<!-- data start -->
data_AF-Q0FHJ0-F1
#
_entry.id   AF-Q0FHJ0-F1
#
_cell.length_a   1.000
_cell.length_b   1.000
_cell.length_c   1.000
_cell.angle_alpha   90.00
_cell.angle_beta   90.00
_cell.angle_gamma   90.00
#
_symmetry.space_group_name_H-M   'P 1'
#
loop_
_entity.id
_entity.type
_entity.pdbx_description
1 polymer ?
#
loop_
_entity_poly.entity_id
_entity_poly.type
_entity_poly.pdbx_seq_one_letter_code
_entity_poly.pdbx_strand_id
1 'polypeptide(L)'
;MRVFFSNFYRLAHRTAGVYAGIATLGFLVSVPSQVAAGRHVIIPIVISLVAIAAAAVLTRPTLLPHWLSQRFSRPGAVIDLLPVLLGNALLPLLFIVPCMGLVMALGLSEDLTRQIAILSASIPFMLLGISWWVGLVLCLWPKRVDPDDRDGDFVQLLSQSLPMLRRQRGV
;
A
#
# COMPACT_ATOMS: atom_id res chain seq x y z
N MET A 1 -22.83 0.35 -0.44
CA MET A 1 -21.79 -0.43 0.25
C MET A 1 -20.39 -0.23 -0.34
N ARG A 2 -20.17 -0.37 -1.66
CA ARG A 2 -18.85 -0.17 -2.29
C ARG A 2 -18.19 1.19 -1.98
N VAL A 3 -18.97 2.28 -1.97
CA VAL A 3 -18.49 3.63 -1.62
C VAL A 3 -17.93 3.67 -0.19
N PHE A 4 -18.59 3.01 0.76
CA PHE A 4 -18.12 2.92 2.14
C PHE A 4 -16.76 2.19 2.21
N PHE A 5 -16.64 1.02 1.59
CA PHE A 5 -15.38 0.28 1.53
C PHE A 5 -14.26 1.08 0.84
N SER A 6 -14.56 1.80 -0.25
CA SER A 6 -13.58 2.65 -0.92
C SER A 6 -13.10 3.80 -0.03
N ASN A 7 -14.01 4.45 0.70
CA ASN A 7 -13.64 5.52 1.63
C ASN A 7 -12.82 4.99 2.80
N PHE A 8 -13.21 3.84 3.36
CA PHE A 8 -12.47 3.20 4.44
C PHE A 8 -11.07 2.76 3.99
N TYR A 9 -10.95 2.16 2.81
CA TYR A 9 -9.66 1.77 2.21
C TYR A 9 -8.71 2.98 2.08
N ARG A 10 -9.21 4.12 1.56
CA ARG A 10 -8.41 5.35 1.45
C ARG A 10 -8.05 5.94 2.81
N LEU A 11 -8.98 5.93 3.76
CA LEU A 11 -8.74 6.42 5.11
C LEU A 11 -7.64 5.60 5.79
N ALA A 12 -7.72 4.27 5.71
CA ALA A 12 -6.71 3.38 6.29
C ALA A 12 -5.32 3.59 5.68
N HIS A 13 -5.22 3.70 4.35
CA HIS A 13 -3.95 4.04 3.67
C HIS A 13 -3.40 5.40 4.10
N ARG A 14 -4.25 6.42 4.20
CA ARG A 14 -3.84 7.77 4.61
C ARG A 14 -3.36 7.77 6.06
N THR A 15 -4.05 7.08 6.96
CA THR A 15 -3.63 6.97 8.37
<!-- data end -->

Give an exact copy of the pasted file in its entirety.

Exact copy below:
data_AF-Q0FHJ0-F1
#
_entry.id   AF-Q0FHJ0-F1
#
_cell.length_a   1.000
_cell.length_b   1.000
_cell.length_c   1.000
_cell.angle_alpha   90.00
_cell.angle_beta   90.00
_cell.angle_gamma   90.00
#
_symmetry.space_group_name_H-M   'P 1'
#
loop_
_entity.id
_entity.type
_entity.pdbx_description
1 polymer ?
#
loop_
_entity_poly.entity_id
_entity_poly.type
_entity_poly.pdbx_seq_one_letter_code
_entity_poly.pdbx_strand_id
1 'polypeptide(L)'
;MRVFFSNFYRLAHRTAGVYAGIATLGFLVSVPSQVAAGRHVIIPIVISLVAIAAAAVLTRPTLLPHWLSQRFSRPGAVIDLLPVLLGNALLPLLFIVPCMGLVMALGLSEDLTRQIAILSASIPFMLLGISWWVGLVLCLWPKRVDPDDRDGDFVQLLSQSLPMLRRQRGV
;
A
#
# COMPACT_ATOMS: atom_id res chain seq x y z
N MET A 1 -22.83 0.35 -0.44
CA MET A 1 -21.79 -0.43 0.25
C MET A 1 -20.39 -0.23 -0.34
N ARG A 2 -20.17 -0.37 -1.66
CA ARG A 2 -18.85 -0.17 -2.29
C ARG A 2 -18.19 1.19 -1.98
N VAL A 3 -18.97 2.28 -1.97
CA VAL A 3 -18.49 3.63 -1.62
C VAL A 3 -17.93 3.67 -0.19
N PHE A 4 -18.59 3.01 0.76
CA PHE A 4 -18.12 2.92 2.14
C PHE A 4 -16.76 2.19 2.21
N PHE A 5 -16.64 1.02 1.59
CA PHE A 5 -15.38 0.28 1.53
C PHE A 5 -14.26 1.08 0.84
N SER A 6 -14.56 1.80 -0.25
CA SER A 6 -13.58 2.65 -0.92
C SER A 6 -13.10 3.80 -0.03
N ASN A 7 -14.01 4.45 0.70
CA ASN A 7 -13.64 5.52 1.63
C ASN A 7 -12.82 4.99 2.80
N PHE A 8 -13.21 3.84 3.36
CA PHE A 8 -12.47 3.20 4.44
C PHE A 8 -11.07 2.76 3.99
N TYR A 9 -10.95 2.16 2.81
CA TYR A 9 -9.66 1.77 2.21
C TYR A 9 -8.71 2.98 2.08
N ARG A 10 -9.21 4.12 1.56
CA ARG A 10 -8.41 5.35 1.45
C ARG A 10 -8.05 5.94 2.81
N LEU A 11 -8.98 5.93 3.76
CA LEU A 11 -8.74 6.42 5.11
C LEU A 11 -7.64 5.60 5.79
N ALA A 12 -7.72 4.27 5.71
CA ALA A 12 -6.71 3.38 6.29
C ALA A 12 -5.32 3.59 5.68
N HIS A 13 -5.22 3.70 4.35
CA HIS A 13 -3.95 4.04 3.67
C HIS A 13 -3.40 5.40 4.10
N ARG A 14 -4.25 6.42 4.20
CA ARG A 14 -3.84 7.77 4.61
C ARG A 14 -3.36 7.77 6.06
N THR A 15 -4.05 7.08 6.96
CA THR A 15 -3.63 6.97 8.37